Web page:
by Mark Brownlie
November 23, 2011 - The industrial sector in
Canada with perhaps the most significant financial and regulatory
risks related to climate change is doing a poor job of letting
investors know how they are managing those risks.
Results from the 2011 Carbon Disclosure Project (CDP) show that
only 54 percent of Canada's largest energy and utility companies
responded to the request for information on greenhouse
The CDP is a collaborative global effort of 550 institutional
investors with more than $70 trillion of assets. Signatory
investors include Morgan Stanley, Barclays, HSBC and the big
Canadian banks and institutional investors. The annual CDP
questionnaire asks companies to share their greenhouse gas
strategies, targets, risks and opportunities, and emissions
amounts. The questionnaire was sent to Canada's 200 largest
companies, and more than 6,000 companies worldwide.
The overall response rate for Canadian companies was 54 percent,
the same as that of the energy and utilities sector. However, given
the potential for climate change regulations and impacts to
financially affect energy companies disproportionately higher, the
relatively low response rate suggests that energy companies are
either not taking the issue seriously or are not ready for an
increasingly transparent world. Compared with the 67 percent
response rate for the lower risk communication and high tech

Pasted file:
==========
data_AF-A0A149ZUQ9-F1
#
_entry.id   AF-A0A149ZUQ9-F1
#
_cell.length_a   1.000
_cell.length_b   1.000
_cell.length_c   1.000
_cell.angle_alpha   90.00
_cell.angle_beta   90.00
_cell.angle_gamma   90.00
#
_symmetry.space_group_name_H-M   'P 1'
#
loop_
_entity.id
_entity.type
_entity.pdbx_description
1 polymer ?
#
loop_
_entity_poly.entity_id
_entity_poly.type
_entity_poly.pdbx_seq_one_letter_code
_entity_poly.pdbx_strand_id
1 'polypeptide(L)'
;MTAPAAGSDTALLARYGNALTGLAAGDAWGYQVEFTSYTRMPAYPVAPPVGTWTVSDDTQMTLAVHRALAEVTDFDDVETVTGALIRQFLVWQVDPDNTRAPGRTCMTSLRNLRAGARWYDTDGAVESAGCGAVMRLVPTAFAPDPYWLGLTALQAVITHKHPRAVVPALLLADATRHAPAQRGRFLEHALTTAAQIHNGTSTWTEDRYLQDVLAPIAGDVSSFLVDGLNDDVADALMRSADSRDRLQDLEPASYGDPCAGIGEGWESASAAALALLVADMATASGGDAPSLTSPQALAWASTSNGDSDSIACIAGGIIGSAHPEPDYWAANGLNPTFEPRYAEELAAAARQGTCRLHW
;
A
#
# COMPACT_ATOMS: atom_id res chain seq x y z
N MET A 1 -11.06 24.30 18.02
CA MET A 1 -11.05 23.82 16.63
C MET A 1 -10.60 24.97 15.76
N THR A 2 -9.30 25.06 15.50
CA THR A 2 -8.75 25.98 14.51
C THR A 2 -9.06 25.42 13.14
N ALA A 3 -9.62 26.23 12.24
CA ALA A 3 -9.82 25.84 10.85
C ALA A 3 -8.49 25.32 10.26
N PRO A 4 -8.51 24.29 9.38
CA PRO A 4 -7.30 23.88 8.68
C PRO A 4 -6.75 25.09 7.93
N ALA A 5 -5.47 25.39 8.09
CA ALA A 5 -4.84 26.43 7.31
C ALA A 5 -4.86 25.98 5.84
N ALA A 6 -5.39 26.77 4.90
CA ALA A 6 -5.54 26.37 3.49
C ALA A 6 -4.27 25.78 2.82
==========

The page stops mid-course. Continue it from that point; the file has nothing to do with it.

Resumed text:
sector, the energy sector's showing is baffling.
Among the bigger players in the oil and gas business not
responding to the 2011 survey were TransCanada, MEG Energy,
Pengrowth, Precision Drilling, and Athabasca Oil Sands. On the
transparent side, Suncor, Cenovus, ARC Resources, and Encana were
highlighted as carbon disclosure leaders.
It's no secret that information is the key that allows investors
to better understand, evaluate and assess potential risk and
return. Markets value transparency. When the information is
missing, investors can't make good decisions.
In addition to typical financial data, institutional investors
are looking for a broad range of environmental and social
information because they are factors that drive long-term
profitability. The CDP signatory investors believe that managing
greenhouse gas emissions and minimizing climate change impacts are
fundamental to achieving strong returns for shareholders.
Once a company starts measuring and reporting greenhouse gas
emissions, the company starts managing them-creating programs,
setting targets, introducing internal incentives, and reducing
Institutional investors, financial analysts, stock exchanges,
governments, and environmental and social advocates are
increasingly pressuring companies for greater non-financial
disclosure to help make more balanced decisions and to restore
confidence in business.
In response, sustainability reporting-covering the triple bottom
line of economic, environmental and social performance-is rapidly
emerging as a valuable business practice among leading
These publications provide readers with information not commonly
found in annual financial reports. In addition to information on
greenhouse gases, they also often cover water use, land
reclamation, spills, employee learning and development, safety,
community relations, corruption and a host of other issues of
interest to stakeholders.
Not surprisingly, 88 percent of the companies not responding to
the CDP questionnaire did not publish a company sustainability
Note: The 2011 Carbon Disclosure Project Canada 200 Report was
released in October and can be downloaded here
Mark Brownlie is Chief Executive of Responsibility Matters Inc.,
a Calgary-based advisory firm helping companies and non-profits
with sustainability strategies and communications.